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We won’t settle for average. We continually seek top managers or securities and meld them into superior custom portfolios. Each palette of investments is carefully tailored to personal or family goals. We enlist excellent managers, research, resources, and effort for our clients. Don’t settle for average. You deserve excellence.
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Hint: The Fiduciary Rule is Set to Protect Investors
After a delay by the Department of Labor in calling into action a new fiduciary rule, investors need to know that it is now in effect and could affect the way they plan for retirement.
Investors currently have nearly $8 trillion in IRAs, and the new rule looks to protect that money. This almost did not come through as the new executive administration called for the Department of Labor (DOL) to review regulations and prepare an updated analysis regarding economics and legal areas surrounding this rule, which covers IRAs and 401(k)s. The administration also sought public input regarding new exemptions or changes to the regulatory portion of the rule.
However, as of June 9, 2017, the rule is in effect. So, what does this mean, exactly, for the everyday investor? First and foremost, the rule seeks to protect investors from getting conflicted advice from financial advisors. Brokers and investment advisors are now required to act as fiduciaries, putting their clients’ best interests first.
All financial advisors will be required to comply with the rule’s impartial conduct standard, which should help protect billions of dollars worth of investments. According to a 2015 report from the White House, that’s how much is at risk with conflicted advice from advisors who have something personal to gain from selling various products.
The response from the industry has been everywhere from panic to acceptance. Many firms make a lot of money off their former business model, which involved taking commissions on various products they sold to investors. For example, many have adopted new models that involve mutual funds that exclude various fees.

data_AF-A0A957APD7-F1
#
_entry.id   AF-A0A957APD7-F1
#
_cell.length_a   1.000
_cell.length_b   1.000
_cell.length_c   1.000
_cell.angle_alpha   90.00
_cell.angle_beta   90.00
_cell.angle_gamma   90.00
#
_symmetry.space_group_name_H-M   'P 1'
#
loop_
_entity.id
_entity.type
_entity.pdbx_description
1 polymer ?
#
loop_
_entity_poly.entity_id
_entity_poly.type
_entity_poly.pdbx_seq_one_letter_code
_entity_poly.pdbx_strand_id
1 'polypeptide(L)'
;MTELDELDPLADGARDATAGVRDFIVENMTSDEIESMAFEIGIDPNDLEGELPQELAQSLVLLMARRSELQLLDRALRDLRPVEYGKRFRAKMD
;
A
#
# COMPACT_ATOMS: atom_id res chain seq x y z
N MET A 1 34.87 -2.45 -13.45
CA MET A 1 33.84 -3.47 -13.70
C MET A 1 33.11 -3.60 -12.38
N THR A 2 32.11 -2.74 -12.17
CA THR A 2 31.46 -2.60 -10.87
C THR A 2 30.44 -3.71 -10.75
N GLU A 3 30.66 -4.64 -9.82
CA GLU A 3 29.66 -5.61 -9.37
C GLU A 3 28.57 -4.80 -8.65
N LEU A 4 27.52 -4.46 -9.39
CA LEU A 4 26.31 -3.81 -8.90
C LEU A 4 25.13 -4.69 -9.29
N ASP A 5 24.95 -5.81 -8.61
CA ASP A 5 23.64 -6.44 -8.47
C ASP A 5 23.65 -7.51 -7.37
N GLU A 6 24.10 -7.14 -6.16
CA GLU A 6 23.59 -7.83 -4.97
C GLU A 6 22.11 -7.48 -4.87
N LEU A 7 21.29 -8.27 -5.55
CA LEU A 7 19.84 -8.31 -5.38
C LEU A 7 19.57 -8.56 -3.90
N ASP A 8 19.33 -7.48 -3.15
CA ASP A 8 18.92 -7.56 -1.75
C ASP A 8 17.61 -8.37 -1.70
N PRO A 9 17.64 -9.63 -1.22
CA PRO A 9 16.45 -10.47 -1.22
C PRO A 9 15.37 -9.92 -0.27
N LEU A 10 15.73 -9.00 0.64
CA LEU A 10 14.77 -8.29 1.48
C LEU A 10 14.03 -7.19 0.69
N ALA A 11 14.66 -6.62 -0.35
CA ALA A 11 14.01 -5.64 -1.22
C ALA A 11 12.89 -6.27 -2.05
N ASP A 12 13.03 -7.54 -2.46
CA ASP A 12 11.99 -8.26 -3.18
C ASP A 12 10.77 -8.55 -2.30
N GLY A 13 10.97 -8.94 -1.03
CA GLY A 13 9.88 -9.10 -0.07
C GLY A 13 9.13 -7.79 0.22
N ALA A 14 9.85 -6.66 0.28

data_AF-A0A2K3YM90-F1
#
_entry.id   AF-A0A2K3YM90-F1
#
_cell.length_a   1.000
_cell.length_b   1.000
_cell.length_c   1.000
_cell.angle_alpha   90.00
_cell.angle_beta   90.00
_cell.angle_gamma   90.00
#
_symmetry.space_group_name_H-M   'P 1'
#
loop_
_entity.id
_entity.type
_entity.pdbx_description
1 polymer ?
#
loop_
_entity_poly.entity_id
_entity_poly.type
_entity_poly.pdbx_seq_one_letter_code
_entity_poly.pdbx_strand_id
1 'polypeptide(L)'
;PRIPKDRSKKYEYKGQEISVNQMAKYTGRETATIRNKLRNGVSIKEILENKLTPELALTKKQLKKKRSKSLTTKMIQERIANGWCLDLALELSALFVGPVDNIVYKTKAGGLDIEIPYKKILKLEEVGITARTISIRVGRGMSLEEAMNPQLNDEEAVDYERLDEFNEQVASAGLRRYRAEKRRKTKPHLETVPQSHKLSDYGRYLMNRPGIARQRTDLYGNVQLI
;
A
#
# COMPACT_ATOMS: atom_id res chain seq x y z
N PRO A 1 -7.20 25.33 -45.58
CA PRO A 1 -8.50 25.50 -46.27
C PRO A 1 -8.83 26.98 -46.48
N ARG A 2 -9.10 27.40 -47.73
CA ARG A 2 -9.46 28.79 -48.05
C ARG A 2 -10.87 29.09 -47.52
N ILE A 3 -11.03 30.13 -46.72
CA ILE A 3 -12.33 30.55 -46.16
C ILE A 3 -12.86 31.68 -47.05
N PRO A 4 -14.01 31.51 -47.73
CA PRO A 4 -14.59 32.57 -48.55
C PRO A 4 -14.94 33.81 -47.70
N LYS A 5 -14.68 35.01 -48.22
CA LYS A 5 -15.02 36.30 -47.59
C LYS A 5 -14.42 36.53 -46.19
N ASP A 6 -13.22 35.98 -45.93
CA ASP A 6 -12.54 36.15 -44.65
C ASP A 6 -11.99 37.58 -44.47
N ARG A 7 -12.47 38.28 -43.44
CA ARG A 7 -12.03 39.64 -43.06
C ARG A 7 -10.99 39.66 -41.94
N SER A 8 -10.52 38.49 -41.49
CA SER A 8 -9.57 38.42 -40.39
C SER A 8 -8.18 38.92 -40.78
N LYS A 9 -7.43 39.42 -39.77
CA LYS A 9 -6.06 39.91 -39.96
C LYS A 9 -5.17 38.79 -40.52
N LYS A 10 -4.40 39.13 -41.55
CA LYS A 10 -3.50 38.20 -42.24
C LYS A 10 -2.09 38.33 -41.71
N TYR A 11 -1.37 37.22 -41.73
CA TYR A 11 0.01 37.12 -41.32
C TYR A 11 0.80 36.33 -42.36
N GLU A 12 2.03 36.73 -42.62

Does this mean that all investors are no longer going to be subjected to investment advice more motivated by profit for the advisor than for themselves? It does not. Investors need to take a little time and look into who is managing their finances. The first question they should ask of prospective advisors is if they are a fiduciary.
Ask them how they are paid for the work they do for you. Are they taking an hourly fee or just a percentage based on your overall portfolio? You need to make sure they’re not taking a commission, or you could be one of the many who are receiving conflicted advice that costs you money.
At Family Investment Center, we have operated as a fiduciary from day one. Our relationships have always been on solid footing because our clients come first, not commissions. When our clients do well, so do we. Let’s start planning your financial future in our truly commission-free and client-focused environment.
Safeguarding Investors Should be Mandatory
The Department of Labor (DOL) is taking a close look at the fiduciary rule as opposing sides are heating up their banter. On one side, people argue that the rule has prompted many frivolous lawsuits against brokers whose clients believe they breached their fiduciary duty. On the other, proponents say the rule protects investors from conflicted investment advice.
Will the increase in litigation cause the cost of advice to go up? That’s something the DOL will be looking at. Also, regulators want to look into any abuse upon sponsors of defined contribution plans.
While the rule is focused on making sure those who want to offer conflicted advice have a disincentive to do so, President Trump signed an executive order to review and perhaps rescind the fiduciary rule, which went into effect in April.
Before the rule went into effect, a financial advisor who is also a registered broker was only supposed to recommend investments that were “roughly suitable” for their clients. This means that if one fund would offer that advisor a better commission, they were more inclined to offer it to you, regardless of how it would fit your investment planning.
The rule took several years to develop, but it has some flaws, including the fact that advisors have found some ways to work around the rule. Regardless of weak areas, it’s estimated that without the rule, investors were losing close to $17 billion a year due to conflicted advice.
Some in the industry are saying the DOL will find that litigation has increased, which means it could be rescinded. Others, however, believe the DOL will recommend adjustments to the rule, not a full rescinding.
Dan Danford, founder/CEO of Family Investment Center, said as a fiduciary, he and his staff want to put all the information out that they can so their investors are safeguarded. For instance, over a 30-year period, investors seeking advice that turns out to be conflicted see a 12 percent loss in potential growth. That’s not something a fiduciary will find acceptable. Founding the Family Investment Center in 1989, Danford opened his doors as a fiduciary, which was rare at that time.
The best choice, regardless of what the DOL does or doesn’t do with the fiduciary rule, is to seek out a fee-only advisor. These are licensed professionals who don’t take commissions. Furthermore and perhaps more importantly, they’re only looking out for the best interests of their clients.
When you come to us at Family Investment Center, we’ll not only act in your best interests, we’ll walk you through everything you need to know about your specific investment planning strategy.